The ChocolateDoctor Doughnut History Distorted

Ed Engoron, Co-Founder of Choclatique Author of Ed Engoron’s Choclatique, Running Press, 2011

I read an article the other day that just got me damn mad. Heather Falvey, a so called British historian is now claiming that America didn’t invent the doughnut. How can that be? It is Homer Simpson’s favorite snack and US cops are addicted to them. Have you ever seen an English Bobby eating a doughnut? No, of course not! They eat fish and chips. Listen here, the doughnut is as American as apple pie. I don’t care that this Britt recently unearthed 213-year-old recipe book that puts the doughnut’s legacy into British hands. She claims that Baroness Elizabeth Dimsdale of Hertfordshire was given the recipe by the originator of the doughnut (or “dow nut” as she put it) in 1800, but it’s unclear who this unnamed woman is. The book recipe doesn’t give a lot of instructions on how to make them; It’s more what to use. Who knows, shaped differently, they could be just another English scone. So here’s the real story.

The origin of doughnuts has a disputed history, but it’s all within America. After all, why do you think they call the United States the Promised Land? One theory suggests they were invented in North America by Dutch settlers, who were responsible for popularizing other American desserts, including cookies, apple and cream pie and cobbler. In the 19th century, doughnuts were sometimes referred to as one kind of oliekoek (a Dutch word literally meaning “oil cake”), a “sweetened cake fried in lard.

Hanson Gregory, an American, claimed to have invented the ring-shaped doughnut in 1847 aboard a lime-trading ship when he was only 16 years old. Gregory was dissatisfied with the greasiness of doughnuts twisted into various shapes and with the raw center of regular doughnuts. He claimed to have punched a hole in the center of dough with the ship’s tin pepper box, and later taught the technique to his mother.

According to anthropologist Paul R. Mullins, the first cookbook mentioning doughnuts was an 1803 English volume which included doughnuts in an appendix of American recipes. I believe the anthropology of man, and our nation, can be traced more accurately through the foods and beverages of time, rather than through the riches of art, the prose of literature, the rhythm of music or the structure of architecture. So quit trying to steal our legacy, Heather Falvey, doughnuts belong to America and with a doughnut all things are possible.

Ed’s Chocolate Glazed Yeast Doughnuts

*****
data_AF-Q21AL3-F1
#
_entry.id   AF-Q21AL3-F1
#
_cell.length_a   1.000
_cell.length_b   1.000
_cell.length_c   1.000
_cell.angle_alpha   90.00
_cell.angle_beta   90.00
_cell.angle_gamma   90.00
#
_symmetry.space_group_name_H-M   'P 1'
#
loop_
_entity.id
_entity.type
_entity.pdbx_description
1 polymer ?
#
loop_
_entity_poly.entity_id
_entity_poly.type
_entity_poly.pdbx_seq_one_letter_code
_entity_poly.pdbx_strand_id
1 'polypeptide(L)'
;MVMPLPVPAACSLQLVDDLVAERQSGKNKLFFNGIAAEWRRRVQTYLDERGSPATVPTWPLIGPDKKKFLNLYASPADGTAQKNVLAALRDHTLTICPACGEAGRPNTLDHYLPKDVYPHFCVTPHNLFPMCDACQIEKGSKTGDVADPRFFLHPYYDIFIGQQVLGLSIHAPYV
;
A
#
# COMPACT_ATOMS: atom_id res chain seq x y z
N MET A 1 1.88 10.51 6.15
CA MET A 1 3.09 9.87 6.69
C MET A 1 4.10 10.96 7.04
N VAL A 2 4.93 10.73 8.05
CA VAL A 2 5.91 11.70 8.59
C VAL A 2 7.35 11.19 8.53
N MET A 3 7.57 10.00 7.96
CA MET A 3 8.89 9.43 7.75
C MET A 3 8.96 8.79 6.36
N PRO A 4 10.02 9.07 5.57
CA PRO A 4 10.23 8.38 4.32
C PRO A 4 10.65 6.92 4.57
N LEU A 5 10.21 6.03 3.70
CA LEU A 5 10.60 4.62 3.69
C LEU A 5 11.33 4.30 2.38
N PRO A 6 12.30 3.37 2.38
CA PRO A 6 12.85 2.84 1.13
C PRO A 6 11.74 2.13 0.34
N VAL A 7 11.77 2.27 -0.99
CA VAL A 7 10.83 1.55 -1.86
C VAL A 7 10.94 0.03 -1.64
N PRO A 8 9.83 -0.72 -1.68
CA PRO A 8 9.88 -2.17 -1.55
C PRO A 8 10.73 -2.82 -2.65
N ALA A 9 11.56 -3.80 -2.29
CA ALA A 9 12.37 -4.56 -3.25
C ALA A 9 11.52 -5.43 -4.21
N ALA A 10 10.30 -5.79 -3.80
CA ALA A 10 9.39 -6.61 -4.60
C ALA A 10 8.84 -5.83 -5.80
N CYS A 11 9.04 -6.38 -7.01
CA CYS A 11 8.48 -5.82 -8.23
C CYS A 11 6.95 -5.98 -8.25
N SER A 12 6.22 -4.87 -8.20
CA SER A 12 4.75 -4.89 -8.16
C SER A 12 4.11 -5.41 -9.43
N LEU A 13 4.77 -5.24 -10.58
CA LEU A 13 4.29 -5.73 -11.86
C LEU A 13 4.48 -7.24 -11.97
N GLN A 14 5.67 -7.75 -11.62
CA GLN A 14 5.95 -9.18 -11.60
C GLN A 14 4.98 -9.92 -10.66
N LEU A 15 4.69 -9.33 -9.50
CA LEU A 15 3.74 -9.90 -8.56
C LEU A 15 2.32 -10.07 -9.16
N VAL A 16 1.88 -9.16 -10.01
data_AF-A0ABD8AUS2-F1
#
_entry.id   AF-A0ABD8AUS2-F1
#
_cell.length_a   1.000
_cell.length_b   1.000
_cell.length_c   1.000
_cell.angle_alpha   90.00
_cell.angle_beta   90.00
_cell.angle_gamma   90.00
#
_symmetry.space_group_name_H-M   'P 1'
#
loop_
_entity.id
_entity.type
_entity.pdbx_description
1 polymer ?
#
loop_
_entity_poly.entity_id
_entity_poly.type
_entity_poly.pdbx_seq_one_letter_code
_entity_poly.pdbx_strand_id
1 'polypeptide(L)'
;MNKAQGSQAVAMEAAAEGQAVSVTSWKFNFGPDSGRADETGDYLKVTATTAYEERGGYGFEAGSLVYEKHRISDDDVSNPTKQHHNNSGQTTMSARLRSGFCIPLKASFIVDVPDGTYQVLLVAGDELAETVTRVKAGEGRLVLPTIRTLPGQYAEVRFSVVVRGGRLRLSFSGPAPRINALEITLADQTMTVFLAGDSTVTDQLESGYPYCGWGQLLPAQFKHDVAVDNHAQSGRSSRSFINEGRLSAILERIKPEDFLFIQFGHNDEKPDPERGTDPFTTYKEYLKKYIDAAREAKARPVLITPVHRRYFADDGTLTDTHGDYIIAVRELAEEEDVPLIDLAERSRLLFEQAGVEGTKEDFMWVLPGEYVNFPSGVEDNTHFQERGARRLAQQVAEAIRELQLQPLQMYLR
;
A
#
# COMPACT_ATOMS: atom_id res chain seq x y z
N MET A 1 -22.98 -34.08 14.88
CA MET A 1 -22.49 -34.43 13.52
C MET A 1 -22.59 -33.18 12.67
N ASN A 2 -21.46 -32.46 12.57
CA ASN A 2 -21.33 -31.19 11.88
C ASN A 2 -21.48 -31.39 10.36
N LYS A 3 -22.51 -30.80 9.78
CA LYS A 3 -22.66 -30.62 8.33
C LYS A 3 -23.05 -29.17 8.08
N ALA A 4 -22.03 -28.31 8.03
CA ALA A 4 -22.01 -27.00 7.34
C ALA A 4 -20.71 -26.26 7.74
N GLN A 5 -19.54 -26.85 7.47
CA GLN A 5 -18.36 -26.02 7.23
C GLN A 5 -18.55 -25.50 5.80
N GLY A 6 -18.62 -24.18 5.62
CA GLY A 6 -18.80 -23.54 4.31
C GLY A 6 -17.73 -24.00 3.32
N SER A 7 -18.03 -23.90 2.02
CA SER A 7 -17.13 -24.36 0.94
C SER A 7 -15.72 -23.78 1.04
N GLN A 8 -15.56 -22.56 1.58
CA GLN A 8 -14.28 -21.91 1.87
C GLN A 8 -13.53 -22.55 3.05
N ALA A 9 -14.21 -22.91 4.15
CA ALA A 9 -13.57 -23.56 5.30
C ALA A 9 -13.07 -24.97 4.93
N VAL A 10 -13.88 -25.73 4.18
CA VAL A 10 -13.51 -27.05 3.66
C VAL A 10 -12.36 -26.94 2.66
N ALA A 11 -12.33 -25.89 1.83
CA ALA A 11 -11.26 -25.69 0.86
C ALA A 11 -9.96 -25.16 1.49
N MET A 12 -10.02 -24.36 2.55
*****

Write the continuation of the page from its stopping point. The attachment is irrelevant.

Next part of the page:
Prep Time: 30 minutes
Proof Time: 30 to 40 minutes
Fry Time: 2 minutes
Ready in: 1 hour
Yield: 2 baker’s dozen doughnuts (that’s 26!)

Ingredients:
For the Doughnuts:

3 1/4 ounce packages “Rapid Rise” yeast (3/4 oz total)
1/2 cup warm water (105-115ºF)
2 1/4 cups whole milk, scalded, then cooled
1 cup granulate sugar
2 teaspoons salt
3 large eggs
1/2 cup shortening
7 cups, plus 1 tablespoon all-purpose flour
1/2 cup Choclatique Rouge Unsweetened Cocoa Powder, sifted
canola oil for frying

For the Glaze:
1/2 cup unsalted butter
3 cups powdered sugar, sifted
6 ounce Choclatique Private Reserve Dark Chocolate
2 1/4 teaspoons pure vanilla extract
6-9 tablespoons evaporated milk

Directions:
For the Doughnuts:

  1. Proof the yeast by mixing 1 tablespoon of flour with the warm water. Mix it up and let it rest.
  2. Scald the milk in a microwave or on top of a stove, and let cool.
  3. Combine the yeast mixture, cooled milk, sugar, salt, eggs, shortening and 2 1/2 cups of flour and cocoa powder.
  4. Beat on low speed for 30 seconds, scrape down the bowl.
  5. Beat on medium speed for 2 minutes, scraping bowl occasionally.
  6. Carefully stir in remaining flour until the dough is smooth and silky.
  7. Cover the dough and let rise until it doubles, about 30-60 minutes, depending on the yeast you used.
  8. After the dough has risen, turn dough onto floured surface; roll around lightly to coat with flour.
  9. Gently roll dough 1/2-inch thick with floured rolling pin.
  10. Cut with floured doughnut cutter. Separate donuts and holes, as they take different frying times.
  11. Cover and let them rise until doubled in sizes, about 30-40 minutes.

Note: Save your scraps! They are both great to test your fry time and to snack on while you’re making the rest!

Note: If you want to make these donuts for breakfast, let the donuts rise in the refrigerator overnight!

Directions
For the Glaze:

Make the glaze before frying so it can sit at room temperature until the donuts are fried and ready to be dipped.

  1. Melt the butter and chocolate and stir in powdered sugar, cocoa powder and vanilla until blended.
  2. Add the milk until desired consistency is reached.

For Frying the Doughnuts:

  1. Use a deep pan to heat the oil.
  2. Using a frying thermometer heat the oil to 350ºF. Use some of the scraps of the doughnut dough to test different frying times.
  3. Carefully place the donuts in the oil. Cook on each side for about one minute. Use chopsticks to flip the donuts and remove them from the oil.
  4. Place donuts on a rack or paper towels to drain.

For Glazing the Doughnuts:

  1. Dip the doughnuts in the glaze and set them on a rack to dry. It okay to dipped both sides of the doughnuts in the glaze.
  2. Let them set for 10 minutes to set.

ChefSecret: Scalding the milk prevents an enzyme from killing the yeast. If you don’t scald it first to kill the enzyme, the donuts won’t rise.

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